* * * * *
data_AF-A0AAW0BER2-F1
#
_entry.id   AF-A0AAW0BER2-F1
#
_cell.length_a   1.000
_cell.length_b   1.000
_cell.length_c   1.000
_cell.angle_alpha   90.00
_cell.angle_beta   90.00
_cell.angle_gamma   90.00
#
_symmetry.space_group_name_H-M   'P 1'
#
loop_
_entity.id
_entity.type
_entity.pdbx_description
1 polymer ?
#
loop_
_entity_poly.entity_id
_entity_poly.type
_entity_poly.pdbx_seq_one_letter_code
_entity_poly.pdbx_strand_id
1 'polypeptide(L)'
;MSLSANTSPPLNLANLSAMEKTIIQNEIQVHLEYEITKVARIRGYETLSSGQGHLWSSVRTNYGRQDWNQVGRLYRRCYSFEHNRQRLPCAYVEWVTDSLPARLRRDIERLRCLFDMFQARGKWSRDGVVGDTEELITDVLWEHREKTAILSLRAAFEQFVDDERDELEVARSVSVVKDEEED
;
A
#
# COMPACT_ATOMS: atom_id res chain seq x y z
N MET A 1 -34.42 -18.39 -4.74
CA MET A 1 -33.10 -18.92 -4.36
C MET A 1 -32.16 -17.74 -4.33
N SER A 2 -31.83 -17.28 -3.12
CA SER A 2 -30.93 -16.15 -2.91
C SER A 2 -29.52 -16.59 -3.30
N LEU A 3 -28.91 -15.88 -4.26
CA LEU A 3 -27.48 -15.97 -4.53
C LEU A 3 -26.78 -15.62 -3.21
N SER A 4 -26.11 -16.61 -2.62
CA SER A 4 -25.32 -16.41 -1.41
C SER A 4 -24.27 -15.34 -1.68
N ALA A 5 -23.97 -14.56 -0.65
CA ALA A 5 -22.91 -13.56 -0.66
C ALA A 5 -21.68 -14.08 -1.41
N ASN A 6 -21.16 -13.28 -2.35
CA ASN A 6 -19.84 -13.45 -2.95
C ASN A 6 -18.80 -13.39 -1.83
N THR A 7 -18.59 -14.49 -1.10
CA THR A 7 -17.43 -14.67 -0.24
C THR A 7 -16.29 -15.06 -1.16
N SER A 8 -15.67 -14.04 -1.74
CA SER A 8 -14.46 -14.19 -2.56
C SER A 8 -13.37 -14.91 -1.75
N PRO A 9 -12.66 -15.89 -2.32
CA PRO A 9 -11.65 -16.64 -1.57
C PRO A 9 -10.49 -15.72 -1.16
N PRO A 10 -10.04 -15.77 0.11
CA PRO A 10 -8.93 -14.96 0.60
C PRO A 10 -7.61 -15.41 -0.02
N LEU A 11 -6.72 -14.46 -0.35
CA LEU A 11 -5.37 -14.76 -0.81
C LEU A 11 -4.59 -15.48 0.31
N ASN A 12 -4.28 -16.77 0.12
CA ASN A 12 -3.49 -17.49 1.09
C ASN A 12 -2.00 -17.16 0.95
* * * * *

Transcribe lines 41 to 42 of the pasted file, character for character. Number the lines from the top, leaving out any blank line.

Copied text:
CA SER A 4 -25.32 -16.41 -1.41
C SER A 4 -24.27 -15.34 -1.68